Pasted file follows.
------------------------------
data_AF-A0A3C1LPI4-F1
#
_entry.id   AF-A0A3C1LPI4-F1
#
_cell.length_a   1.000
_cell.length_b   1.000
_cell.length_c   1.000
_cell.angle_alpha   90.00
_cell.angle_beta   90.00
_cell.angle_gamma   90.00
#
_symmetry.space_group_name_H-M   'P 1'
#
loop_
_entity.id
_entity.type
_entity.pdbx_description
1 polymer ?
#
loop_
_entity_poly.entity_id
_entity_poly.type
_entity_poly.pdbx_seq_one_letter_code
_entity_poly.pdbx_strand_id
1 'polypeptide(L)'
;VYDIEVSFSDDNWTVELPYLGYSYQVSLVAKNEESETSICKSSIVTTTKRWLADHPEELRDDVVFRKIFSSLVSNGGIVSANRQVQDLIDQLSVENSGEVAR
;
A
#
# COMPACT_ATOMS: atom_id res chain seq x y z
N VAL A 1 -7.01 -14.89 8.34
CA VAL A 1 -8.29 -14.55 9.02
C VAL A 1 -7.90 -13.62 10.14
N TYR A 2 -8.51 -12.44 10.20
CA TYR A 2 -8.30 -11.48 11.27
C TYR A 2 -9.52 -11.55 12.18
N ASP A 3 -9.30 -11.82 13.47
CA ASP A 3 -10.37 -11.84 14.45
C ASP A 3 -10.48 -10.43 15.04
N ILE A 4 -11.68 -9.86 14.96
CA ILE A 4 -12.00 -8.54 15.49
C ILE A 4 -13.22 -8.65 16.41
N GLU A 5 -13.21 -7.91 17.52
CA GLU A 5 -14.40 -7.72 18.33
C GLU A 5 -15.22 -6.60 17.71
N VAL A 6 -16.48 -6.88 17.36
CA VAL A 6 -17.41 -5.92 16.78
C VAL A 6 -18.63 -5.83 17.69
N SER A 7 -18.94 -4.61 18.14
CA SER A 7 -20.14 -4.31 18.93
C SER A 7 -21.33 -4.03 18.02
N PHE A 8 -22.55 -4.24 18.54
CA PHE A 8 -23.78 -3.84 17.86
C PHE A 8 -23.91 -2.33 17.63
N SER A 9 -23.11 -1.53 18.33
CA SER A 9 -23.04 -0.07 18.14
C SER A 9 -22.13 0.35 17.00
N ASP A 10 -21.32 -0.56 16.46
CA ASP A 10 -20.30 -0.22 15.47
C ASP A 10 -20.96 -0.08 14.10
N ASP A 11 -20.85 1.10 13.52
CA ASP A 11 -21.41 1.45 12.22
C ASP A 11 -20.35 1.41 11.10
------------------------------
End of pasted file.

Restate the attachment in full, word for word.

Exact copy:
data_AF-A0A3C1LPI4-F1
#
_entry.id   AF-A0A3C1LPI4-F1
#
_cell.length_a   1.000
_cell.length_b   1.000
_cell.length_c   1.000
_cell.angle_alpha   90.00
_cell.angle_beta   90.00
_cell.angle_gamma   90.00
#
_symmetry.space_group_name_H-M   'P 1'
#
loop_
_entity.id
_entity.type
_entity.pdbx_description
1 polymer ?
#
loop_
_entity_poly.entity_id
_entity_poly.type
_entity_poly.pdbx_seq_one_letter_code
_entity_poly.pdbx_strand_id
1 'polypeptide(L)'
;VYDIEVSFSDDNWTVELPYLGYSYQVSLVAKNEESETSICKSSIVTTTKRWLADHPEELRDDVVFRKIFSSLVSNGGIVSANRQVQDLIDQLSVENSGEVAR
;
A
#
# COMPACT_ATOMS: atom_id res chain seq x y z
N VAL A 1 -7.01 -14.89 8.34
CA VAL A 1 -8.29 -14.55 9.02
C VAL A 1 -7.90 -13.62 10.14
N TYR A 2 -8.51 -12.44 10.20
CA TYR A 2 -8.30 -11.48 11.27
C TYR A 2 -9.52 -11.55 12.18
N ASP A 3 -9.30 -11.82 13.47
CA ASP A 3 -10.37 -11.84 14.45
C ASP A 3 -10.48 -10.43 15.04
N ILE A 4 -11.68 -9.86 14.96
CA ILE A 4 -12.00 -8.54 15.49
C ILE A 4 -13.22 -8.65 16.41
N GLU A 5 -13.21 -7.91 17.52
CA GLU A 5 -14.40 -7.72 18.33
C GLU A 5 -15.22 -6.60 17.71
N VAL A 6 -16.48 -6.88 17.36
CA VAL A 6 -17.41 -5.92 16.78
C VAL A 6 -18.63 -5.83 17.69
N SER A 7 -18.94 -4.61 18.14
CA SER A 7 -20.14 -4.31 18.93
C SER A 7 -21.33 -4.03 18.02
N PHE A 8 -22.55 -4.24 18.54
CA PHE A 8 -23.78 -3.84 17.86
C PHE A 8 -23.91 -2.33 17.63
N SER A 9 -23.11 -1.53 18.33
CA SER A 9 -23.04 -0.07 18.14
C SER A 9 -22.13 0.35 17.00
N ASP A 10 -21.32 -0.56 16.46
CA ASP A 10 -20.30 -0.22 15.47
C ASP A 10 -20.96 -0.08 14.10
N ASP A 11 -20.85 1.10 13.52
CA ASP A 11 -21.41 1.45 12.22
C ASP A 11 -20.35 1.41 11.10